• Hypocalcémie : calcémie < à 80 mg/l à terme
  • Other complications
    • Shoulder dystocia
    • Respiratory and cardiac complications
  • Transfer to intensive care unit

Screening for Gestational Diabetes

  • An international consensus has been poposed in 2010 by the IADPSG [1](International Association of diabetes and Pregnancy Study Group) screening and diagnosis methods of GD
  • In the first trimester: Experts recommend performing a fasting blood sugar(on empty stomach) or glycated hemoglobin (HbA1c at 6.5% threshold) in early pregnancy in order to screen patients with previous type 2 diabetes or unknown.
  • In the 24th and 28th week of amenorrhea: For all pregnant women whose GAJ was < 0.92 g / l, or not screened in the 1st trimester, it is recommended to perform a glucose OGTT of 75 g (Test of WHO).

What are the diagnostic criteria for GD?

One pathological value allows the diagnosis of gestational diabetes to be measured. (See table)

Which pregnant women should be screened?

The CNGOF and the SFD (2010) [1] provide targeted screening: In the presence of one or more of the following risk factors (see table)

What are the glycemic objectives?

In the current state of knowledge, the currently validated objective is to obtain a blood sugar level on empty stomach below 0.95 g / L (grade A). To date, there is no intervention study validating the threshold of 0.92 g / L as a therapeutic objective. There are no data suggesting to favoring the postprandial measurement at one hour or two hours, nor the thresholds to be retained: 1.30 g / L or 1.40 g / L at one hour or 1.20 g / L at 2 hours. The latter is currently advisable (grade A).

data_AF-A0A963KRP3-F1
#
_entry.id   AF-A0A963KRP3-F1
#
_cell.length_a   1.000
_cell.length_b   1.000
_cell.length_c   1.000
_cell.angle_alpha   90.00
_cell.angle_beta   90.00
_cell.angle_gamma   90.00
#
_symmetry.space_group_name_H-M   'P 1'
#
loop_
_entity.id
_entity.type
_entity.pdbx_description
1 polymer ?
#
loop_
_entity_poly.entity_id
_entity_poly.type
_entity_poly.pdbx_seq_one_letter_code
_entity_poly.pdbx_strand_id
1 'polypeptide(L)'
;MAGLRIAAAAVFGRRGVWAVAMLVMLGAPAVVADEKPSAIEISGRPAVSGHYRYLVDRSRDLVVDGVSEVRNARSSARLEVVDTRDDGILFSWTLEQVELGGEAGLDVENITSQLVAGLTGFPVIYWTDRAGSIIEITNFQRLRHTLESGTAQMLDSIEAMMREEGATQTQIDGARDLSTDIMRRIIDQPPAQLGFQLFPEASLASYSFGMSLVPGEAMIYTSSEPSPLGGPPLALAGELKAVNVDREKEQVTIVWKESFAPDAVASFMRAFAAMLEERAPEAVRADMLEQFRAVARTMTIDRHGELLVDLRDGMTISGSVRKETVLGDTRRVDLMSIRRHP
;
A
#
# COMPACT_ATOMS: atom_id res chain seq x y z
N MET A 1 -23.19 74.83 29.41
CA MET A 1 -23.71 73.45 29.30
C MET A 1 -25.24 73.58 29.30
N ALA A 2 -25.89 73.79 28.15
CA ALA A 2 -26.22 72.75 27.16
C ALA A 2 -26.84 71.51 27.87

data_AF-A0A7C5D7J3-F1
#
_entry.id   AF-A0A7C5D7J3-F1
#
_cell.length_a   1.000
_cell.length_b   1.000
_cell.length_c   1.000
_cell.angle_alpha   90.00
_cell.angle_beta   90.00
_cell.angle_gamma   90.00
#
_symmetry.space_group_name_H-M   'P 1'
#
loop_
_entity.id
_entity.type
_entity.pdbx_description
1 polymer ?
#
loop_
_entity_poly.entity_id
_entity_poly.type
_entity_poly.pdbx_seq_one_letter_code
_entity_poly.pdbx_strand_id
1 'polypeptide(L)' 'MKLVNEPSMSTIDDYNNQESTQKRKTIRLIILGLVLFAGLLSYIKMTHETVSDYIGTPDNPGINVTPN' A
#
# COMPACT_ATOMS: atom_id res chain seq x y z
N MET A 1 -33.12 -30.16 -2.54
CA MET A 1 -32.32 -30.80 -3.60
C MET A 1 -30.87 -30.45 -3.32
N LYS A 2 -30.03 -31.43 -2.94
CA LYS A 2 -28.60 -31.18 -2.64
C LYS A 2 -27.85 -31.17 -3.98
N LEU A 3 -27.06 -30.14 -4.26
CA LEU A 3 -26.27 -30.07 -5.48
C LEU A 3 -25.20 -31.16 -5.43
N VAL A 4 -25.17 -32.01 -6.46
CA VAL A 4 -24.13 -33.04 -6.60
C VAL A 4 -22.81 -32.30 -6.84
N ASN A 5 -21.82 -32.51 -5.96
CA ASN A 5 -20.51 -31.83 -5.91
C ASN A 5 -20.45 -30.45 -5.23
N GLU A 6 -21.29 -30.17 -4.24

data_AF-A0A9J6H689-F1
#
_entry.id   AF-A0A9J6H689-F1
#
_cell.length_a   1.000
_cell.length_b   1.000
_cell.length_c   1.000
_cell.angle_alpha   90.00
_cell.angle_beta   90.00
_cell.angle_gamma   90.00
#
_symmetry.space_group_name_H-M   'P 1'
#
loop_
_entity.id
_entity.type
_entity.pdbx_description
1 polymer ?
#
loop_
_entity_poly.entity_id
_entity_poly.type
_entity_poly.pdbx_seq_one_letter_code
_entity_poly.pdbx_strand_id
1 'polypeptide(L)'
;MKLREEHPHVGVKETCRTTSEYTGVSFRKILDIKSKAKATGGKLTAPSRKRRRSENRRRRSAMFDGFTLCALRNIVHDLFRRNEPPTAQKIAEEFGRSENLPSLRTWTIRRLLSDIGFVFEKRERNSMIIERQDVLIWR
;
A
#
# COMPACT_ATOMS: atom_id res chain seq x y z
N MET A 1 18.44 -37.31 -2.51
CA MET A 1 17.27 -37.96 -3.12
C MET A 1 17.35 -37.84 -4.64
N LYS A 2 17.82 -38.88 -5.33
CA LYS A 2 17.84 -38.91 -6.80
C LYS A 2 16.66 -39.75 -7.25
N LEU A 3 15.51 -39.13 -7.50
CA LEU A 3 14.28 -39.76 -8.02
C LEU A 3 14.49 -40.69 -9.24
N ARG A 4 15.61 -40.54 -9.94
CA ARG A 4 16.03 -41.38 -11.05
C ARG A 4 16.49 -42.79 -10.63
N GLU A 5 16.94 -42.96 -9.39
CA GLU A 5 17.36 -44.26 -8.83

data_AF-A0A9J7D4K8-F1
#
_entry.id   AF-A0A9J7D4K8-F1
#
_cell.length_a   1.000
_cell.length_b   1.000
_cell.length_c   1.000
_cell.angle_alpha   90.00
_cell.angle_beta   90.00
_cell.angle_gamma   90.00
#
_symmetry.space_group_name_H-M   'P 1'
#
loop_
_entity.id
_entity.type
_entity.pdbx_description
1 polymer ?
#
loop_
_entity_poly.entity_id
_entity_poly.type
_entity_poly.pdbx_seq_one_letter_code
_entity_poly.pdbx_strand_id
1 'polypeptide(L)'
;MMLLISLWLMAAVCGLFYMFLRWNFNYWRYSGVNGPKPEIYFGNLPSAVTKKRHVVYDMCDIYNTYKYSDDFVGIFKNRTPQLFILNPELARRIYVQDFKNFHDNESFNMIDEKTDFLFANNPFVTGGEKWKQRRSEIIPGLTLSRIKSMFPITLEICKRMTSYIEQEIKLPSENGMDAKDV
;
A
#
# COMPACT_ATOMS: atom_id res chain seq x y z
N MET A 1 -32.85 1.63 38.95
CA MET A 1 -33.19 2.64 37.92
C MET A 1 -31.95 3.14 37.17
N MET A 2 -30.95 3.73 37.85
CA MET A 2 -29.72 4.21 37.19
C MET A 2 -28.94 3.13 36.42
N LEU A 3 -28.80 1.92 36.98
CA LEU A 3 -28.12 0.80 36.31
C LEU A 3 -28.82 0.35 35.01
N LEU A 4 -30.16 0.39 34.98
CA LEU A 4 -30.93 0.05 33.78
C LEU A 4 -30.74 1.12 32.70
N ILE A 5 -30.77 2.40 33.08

What are the therapeutic measures?

  • Dietary measures [1]:
  • 1st treatment of the GD
  • Alowing to achieve blood sugar targets in 20 to 70% of cases.
  • Must be individualized: 1800 to 2000 kcal / d (50% carbohydrate)
  • Physical activity[2]:
  • Walking, swimming

What are the requirements for an optimal diabetes self-monitoring?

  • It will be based according to the same therapeutic principles, from the pregnancy planning to delivery. An optimized insulin therapy and intensified blood sugar self-monitoring, combined with an appropriate diet.
  • Blood glucose Self-monitoring allows to monitor patients and indicate insulin therapy (grade C). . When women are being treated with insulin, ASG is needed to adjust insulin dosage.ASG is recommended between 4 and 6 times a day [3] (at least once on an empty stomach and two hours after meals depending on the treatment – diet or insulin – and the obtained balance (professional agreement). ASG must be followed until the immediate postpartum period. The devices must be calibrated according to the procedures in place.